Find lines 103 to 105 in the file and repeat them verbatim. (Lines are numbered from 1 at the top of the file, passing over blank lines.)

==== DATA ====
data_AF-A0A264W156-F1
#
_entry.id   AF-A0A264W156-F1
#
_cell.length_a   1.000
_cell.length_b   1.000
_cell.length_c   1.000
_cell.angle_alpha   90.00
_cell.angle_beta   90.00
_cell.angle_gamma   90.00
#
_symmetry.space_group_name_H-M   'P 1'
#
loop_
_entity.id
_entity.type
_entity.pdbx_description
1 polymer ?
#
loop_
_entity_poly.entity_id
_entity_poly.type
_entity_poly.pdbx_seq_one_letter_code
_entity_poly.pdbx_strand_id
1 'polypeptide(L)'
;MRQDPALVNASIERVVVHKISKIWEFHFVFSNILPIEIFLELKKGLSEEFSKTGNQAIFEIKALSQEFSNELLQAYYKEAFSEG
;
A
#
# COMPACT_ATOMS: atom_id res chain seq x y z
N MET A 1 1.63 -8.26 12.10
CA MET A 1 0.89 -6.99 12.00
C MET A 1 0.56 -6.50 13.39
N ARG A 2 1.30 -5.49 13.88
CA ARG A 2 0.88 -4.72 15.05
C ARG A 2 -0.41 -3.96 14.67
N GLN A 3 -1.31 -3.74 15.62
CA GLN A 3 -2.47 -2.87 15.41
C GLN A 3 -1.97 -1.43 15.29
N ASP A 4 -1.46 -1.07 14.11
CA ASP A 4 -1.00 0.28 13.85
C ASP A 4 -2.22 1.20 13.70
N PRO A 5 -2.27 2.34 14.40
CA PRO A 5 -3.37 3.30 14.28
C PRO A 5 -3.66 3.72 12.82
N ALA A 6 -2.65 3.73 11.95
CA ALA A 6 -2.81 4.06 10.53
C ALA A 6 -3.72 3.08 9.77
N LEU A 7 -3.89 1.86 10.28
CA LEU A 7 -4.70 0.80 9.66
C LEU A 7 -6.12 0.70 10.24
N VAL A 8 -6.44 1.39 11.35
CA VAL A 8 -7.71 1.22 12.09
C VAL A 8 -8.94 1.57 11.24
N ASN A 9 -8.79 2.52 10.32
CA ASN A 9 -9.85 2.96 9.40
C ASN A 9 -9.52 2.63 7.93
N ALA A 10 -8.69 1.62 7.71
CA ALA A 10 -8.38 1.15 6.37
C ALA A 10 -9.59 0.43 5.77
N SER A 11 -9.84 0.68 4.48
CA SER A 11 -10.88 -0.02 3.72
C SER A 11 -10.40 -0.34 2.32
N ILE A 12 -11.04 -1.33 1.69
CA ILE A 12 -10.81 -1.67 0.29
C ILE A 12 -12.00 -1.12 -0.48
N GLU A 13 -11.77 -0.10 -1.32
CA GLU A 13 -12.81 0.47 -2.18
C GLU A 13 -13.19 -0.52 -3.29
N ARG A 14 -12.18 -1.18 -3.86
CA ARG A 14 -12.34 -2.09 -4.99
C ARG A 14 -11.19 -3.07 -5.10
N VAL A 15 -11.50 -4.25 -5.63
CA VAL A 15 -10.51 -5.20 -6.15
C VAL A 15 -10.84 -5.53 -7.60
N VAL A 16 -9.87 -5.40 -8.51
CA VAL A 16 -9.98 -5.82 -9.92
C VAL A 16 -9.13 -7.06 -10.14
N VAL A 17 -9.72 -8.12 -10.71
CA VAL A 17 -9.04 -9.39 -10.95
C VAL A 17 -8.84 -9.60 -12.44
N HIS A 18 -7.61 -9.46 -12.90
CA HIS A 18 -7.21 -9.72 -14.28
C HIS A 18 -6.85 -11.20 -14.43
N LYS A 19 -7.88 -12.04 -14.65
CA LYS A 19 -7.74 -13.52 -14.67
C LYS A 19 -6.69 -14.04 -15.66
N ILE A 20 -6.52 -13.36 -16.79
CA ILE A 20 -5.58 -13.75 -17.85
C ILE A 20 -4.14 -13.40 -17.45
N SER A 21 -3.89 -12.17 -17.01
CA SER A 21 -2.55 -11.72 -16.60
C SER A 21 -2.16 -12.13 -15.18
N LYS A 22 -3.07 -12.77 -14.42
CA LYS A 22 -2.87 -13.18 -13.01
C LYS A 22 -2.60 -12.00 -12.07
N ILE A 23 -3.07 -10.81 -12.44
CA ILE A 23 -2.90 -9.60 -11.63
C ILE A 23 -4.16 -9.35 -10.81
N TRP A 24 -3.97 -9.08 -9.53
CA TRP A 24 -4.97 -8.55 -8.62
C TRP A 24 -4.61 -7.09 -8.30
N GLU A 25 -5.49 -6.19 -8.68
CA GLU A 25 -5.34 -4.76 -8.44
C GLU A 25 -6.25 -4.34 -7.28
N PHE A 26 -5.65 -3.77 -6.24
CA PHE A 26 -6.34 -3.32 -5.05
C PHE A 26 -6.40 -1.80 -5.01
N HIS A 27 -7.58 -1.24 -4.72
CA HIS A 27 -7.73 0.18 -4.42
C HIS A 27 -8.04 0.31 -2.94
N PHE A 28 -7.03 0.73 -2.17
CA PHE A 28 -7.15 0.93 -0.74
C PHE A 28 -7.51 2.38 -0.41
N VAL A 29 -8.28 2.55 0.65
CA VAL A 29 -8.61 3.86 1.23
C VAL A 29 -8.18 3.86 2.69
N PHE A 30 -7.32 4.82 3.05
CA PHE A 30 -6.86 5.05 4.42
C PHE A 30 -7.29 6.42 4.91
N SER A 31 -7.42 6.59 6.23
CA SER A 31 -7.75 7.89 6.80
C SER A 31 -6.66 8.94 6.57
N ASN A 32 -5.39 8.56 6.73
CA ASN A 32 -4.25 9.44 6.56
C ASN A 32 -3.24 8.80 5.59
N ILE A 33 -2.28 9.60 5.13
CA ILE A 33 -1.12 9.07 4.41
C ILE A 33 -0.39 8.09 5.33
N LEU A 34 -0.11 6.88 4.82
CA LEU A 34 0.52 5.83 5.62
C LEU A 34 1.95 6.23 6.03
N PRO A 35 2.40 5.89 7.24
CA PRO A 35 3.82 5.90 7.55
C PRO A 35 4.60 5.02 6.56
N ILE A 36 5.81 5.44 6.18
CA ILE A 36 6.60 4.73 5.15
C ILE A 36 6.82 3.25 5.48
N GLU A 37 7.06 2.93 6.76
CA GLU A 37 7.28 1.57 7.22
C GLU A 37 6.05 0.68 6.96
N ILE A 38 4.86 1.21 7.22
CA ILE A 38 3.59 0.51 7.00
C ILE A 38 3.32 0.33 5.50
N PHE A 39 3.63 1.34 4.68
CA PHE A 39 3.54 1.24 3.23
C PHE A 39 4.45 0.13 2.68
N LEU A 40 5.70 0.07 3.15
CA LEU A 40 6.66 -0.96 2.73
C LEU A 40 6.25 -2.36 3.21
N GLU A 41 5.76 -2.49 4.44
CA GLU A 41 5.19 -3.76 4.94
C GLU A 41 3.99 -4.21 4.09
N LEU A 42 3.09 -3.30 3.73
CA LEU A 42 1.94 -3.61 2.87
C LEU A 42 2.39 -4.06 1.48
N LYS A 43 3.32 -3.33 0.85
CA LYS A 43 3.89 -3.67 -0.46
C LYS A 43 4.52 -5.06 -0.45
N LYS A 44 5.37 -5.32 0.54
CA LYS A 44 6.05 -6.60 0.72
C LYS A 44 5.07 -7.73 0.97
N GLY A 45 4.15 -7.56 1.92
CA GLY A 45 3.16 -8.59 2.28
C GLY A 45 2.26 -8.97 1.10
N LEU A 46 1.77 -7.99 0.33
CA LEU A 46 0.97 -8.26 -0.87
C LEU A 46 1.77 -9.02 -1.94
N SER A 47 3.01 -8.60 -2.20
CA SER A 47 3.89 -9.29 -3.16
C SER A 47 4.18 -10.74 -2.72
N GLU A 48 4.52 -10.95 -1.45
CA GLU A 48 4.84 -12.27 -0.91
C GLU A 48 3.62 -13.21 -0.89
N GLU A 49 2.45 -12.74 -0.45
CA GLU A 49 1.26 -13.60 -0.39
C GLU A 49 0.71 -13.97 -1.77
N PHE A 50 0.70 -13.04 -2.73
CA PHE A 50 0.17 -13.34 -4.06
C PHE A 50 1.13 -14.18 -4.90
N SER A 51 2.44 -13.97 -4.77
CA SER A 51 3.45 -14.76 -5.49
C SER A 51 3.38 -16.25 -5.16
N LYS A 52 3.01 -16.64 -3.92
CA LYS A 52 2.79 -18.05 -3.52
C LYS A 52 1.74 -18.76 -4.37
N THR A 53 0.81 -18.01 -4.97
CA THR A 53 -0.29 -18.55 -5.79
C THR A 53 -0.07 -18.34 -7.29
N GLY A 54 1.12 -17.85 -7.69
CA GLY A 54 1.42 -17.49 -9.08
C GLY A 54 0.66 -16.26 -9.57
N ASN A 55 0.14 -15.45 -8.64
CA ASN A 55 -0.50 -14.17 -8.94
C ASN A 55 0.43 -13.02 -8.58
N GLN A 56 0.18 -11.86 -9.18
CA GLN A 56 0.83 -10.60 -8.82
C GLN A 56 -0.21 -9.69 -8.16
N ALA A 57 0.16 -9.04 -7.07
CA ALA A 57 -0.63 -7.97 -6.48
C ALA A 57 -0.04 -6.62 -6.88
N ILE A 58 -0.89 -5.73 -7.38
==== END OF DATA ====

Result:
N GLU A 25 -5.49 -6.19 -8.68
CA GLU A 25 -5.34 -4.76 -8.44
C GLU A 25 -6.25 -4.34 -7.28